Family's Extraordinary Support Puts Rookie in the NHL
Daniel Sprong, the Penguins’ rookie winger, has made quite a journey for an 18-year-old.
photo courtesy of pittsburgh penguins
Editor's Note: On Dec. 19 — after this story appeared in our print publication — the Penguins sent Daniel Sprong back to his junior hockey club, the Charlottetown Islanders of Prince Edward Island, Canada. He remains a strong prospect and likely part of the Penguins’ future.
There are a few things about Penguins rookie winger Daniel Sprong that might not endear him to Pittsburgh.
He isn’t a member of Steelers Nation. “I’m a Patriots fan,” Sprong says, smiling at the reaction he knows that confession might provoke. “I’m a Tom Brady supporter.” So … the whole Deflategate thing? “No. Didn’t happen,” he says.
The Pirates? Sprong attended a couple of home games before Penguins training camp opened and loved the venue. But … “I’m a Yankees fan,” he says.
Off-ice sports allegiances notwithstanding, local fans might find a lot to like about Sprong. At just 18, he made the Penguins roster out of training camp. The Penguins — who previously had traded away their first-round pick in June at the 2015 NHL Draft — made Sprong their second-round pick, but he has acted like a first-rounder.
“The fact that he has stuck with a good team as an 18-year-old puts him ahead of [a lot of] those other guys [taken in the first round],” Penguins General Manager Jim Rutherford says.
The 6-foot, 180-pound Sprong has shown flashes of skill and poise that project him as potentially a player for one of the top two forward lines. Sprong had two goals, no assists playing in 16 of the team’s first 28 games, mostly as a fourth-liner. As the Penguins offense struggled to score early in the season, fans began to clamor for Sprong to get more ice time. That was before Mike Johnston was fired as coach Dec. 12 — giving Sprong a fresh opportunity under new coach Mike Sullivan.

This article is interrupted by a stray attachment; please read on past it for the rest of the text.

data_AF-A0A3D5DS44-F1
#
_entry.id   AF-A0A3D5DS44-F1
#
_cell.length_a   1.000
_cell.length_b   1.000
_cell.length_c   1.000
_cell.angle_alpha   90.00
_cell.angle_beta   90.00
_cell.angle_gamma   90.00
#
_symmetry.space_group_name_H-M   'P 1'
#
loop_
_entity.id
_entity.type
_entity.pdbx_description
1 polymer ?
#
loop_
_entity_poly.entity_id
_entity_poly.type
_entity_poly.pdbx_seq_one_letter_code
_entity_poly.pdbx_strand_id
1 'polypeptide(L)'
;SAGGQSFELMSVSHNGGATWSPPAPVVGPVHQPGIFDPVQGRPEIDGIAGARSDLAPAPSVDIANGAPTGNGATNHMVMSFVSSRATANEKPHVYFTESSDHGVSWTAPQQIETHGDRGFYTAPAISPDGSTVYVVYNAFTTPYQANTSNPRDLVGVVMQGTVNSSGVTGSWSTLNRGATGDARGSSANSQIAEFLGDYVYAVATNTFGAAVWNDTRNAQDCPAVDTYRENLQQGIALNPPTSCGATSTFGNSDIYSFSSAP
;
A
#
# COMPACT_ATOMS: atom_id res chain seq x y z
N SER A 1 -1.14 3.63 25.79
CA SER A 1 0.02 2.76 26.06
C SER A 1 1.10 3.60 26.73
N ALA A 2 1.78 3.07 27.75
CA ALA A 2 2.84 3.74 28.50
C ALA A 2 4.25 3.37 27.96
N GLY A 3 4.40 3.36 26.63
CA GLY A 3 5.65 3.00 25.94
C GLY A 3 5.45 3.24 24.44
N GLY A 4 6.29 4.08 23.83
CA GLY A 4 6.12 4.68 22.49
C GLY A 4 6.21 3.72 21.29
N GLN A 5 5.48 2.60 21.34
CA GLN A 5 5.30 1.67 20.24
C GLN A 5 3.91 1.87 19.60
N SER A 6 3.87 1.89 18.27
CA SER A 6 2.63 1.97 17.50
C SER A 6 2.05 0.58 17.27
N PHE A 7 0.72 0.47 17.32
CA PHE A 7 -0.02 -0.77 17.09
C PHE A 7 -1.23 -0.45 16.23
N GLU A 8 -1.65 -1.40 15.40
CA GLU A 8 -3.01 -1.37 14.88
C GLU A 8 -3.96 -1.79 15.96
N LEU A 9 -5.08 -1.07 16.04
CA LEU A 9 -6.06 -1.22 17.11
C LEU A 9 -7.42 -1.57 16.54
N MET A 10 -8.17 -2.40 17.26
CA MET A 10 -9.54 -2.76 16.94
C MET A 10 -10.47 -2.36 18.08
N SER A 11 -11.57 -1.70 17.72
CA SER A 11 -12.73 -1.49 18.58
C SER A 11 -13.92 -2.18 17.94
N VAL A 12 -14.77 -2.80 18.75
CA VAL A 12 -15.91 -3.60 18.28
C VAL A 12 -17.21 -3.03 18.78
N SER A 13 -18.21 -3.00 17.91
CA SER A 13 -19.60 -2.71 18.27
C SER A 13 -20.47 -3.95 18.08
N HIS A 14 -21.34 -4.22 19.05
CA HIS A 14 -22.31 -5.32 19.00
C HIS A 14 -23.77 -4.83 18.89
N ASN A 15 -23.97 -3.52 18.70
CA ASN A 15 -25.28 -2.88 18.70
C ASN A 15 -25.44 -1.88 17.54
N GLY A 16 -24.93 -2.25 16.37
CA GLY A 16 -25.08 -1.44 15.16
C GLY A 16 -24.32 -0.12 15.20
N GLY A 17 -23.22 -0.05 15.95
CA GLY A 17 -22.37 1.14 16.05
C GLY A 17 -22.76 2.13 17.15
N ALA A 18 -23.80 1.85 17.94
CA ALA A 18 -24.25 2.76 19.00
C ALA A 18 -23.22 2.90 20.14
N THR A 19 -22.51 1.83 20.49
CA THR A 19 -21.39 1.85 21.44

Rutherford — who will need to decide at the midpoint of the season whether to return Sprong to the junior level or shorten his path to potential free agency by a year — says even when Sprong is out of the lineup, he benefits from the pace of NHL practices and the experience of being in the top league. Sprong says every chance he gets, he watches, listens to and learns from his high-end teammates, including center and team captain Sidney Crosby.
“On the ice, he plays the game that it is played now by the top guys,” says Penguins center Matt Cullen, a frequent linemate of Sprong’s. “He’s got a really high-level shot. He sees the ice as far as opportunities to jump and create things.”
Getting to the NHL has been a lifelong pursuit for Sprong, but his journey involved an extraordinary act of support from his family. His father, Hannie, played hockey in the Netherlands — not typically thought of as a hockey hotbed — and Sprong took to the sport very early. When Daniel was 7, Hannie and Sandra Sprong moved the family across the Atlantic to Montreal so Daniel could have a better chance to excel. What better country than Canada, eh?
Does that make Sprong a golden child?
“I don’t know what people think,” says Sprong, who is fluent in English and French along with his native Dutch. “I know close friends of mine, they couldn’t believe it. [They were] surprised but also very happy that my parents gave me that opportunity … My parents wanted to give me a chance to do something with my life that I wanted to do. I will never forget that. I can’t thank them enough for actually giving me the chance.”
Sprong still is adjusting to NHL life. He lives in a hotel, often carpooling with slightly older teammate Adam Clendening, who lives in the same place.
“He’s 18, right?” says Clendening, a 23-year-old defenseman. “It’s not the real world yet. It’s all coming pretty quickly. He might be just a little shocked, maybe a little bit of culture shock.”
It’s not anything Sprong can’t handle. “He’s very mature — not only from an on-ice point of view. He was preparing for this opportunity for many years. Because of that, he has a very strong personality,” Rutherford says.